Sir Walter Raleigh (1552 - 1618 / Devon / England)
Prais'd be Diana's Fair and Harmless Light
Prais'd be Diana's fair and harmless light;
Prais'd be the dews wherewith she moists the ground;
Prais'd be her beams, the glory of the night;
Prais'd be her power by which all powers abound.
Prais'd be her nymphs with whom she decks the woods,
Prais'd be her knights in whom true honour lives;
Prais'd be that force by which she moves the floods;
Let that Diana shine which all these gives.
In heaven queen she is among the spheres;
In aye she mistress-like makes all things pure;
Eternity in her oft change she bears;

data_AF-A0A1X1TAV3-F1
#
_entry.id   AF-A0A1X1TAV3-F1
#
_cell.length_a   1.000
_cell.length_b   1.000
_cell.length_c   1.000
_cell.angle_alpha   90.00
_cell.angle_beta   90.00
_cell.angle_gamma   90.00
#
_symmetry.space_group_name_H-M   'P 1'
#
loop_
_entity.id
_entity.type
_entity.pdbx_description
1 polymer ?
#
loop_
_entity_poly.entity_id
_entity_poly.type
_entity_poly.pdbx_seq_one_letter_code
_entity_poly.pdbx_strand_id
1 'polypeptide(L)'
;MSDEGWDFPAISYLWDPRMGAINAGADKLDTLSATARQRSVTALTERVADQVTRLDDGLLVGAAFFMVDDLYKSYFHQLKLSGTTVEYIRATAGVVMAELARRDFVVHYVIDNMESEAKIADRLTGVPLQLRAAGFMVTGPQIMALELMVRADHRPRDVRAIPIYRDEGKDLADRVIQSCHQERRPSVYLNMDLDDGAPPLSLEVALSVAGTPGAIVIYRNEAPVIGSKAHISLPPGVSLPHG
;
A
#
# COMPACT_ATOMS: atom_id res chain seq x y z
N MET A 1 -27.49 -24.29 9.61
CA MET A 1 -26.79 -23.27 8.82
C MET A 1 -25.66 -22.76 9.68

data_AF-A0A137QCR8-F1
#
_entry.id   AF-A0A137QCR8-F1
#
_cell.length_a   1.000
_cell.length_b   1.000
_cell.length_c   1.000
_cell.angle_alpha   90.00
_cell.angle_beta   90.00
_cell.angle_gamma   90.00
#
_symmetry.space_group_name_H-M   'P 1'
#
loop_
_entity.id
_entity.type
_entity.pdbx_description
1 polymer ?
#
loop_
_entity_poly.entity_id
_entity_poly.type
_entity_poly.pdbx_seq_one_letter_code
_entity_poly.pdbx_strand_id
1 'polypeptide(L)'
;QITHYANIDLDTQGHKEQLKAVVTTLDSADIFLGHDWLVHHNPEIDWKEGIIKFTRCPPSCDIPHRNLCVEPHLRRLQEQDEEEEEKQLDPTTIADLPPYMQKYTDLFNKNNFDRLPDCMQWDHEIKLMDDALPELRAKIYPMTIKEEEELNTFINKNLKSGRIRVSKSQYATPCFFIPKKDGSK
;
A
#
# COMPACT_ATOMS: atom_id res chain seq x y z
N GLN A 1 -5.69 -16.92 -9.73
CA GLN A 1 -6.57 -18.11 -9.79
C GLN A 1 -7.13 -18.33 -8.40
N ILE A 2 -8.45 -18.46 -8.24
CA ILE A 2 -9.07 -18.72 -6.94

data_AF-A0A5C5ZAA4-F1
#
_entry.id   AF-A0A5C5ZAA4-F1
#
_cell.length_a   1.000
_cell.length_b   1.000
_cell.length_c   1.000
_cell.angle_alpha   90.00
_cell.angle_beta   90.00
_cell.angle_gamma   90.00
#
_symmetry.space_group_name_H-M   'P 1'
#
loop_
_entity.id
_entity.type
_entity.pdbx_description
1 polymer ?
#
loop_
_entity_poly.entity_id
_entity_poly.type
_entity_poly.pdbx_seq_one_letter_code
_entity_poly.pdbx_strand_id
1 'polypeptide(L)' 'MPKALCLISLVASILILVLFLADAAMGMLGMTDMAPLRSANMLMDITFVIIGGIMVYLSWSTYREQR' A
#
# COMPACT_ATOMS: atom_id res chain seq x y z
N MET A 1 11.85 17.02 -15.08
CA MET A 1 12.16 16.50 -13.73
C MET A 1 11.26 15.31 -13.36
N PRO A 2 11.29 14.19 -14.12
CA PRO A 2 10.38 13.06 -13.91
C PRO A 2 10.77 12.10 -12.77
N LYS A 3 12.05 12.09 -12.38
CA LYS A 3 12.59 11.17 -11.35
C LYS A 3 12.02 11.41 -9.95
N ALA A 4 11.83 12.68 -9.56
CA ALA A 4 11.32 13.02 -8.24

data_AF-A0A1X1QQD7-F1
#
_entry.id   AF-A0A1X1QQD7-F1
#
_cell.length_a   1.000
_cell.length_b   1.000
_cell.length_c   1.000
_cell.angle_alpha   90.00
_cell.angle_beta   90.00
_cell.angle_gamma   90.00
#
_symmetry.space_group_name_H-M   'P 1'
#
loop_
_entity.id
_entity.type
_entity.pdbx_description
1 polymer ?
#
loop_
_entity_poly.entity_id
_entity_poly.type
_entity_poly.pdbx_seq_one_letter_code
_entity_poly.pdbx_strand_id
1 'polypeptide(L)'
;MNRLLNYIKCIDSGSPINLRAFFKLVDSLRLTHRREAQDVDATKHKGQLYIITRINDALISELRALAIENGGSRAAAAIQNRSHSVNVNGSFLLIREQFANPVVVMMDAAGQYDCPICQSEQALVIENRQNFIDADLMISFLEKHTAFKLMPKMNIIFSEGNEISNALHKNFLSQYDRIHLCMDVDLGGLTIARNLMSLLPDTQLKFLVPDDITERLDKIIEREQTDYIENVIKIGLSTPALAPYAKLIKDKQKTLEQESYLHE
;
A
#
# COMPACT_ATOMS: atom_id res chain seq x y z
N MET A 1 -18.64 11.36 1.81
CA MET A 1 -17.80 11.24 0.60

She beauty is; by her the fair endure.
Time wears her not: she doth his chariot guide;
Mortality below her orb is plac'd;
By her the virtue of the stars down slide;
In her is virtue's perfect image cast.
A knowledge pure it is her worth to know:
With Circes let them dwell that think not so.
Comments about this poem (Prais'd be Diana's Fair and Harmless Light by Sir Walter Raleigh )
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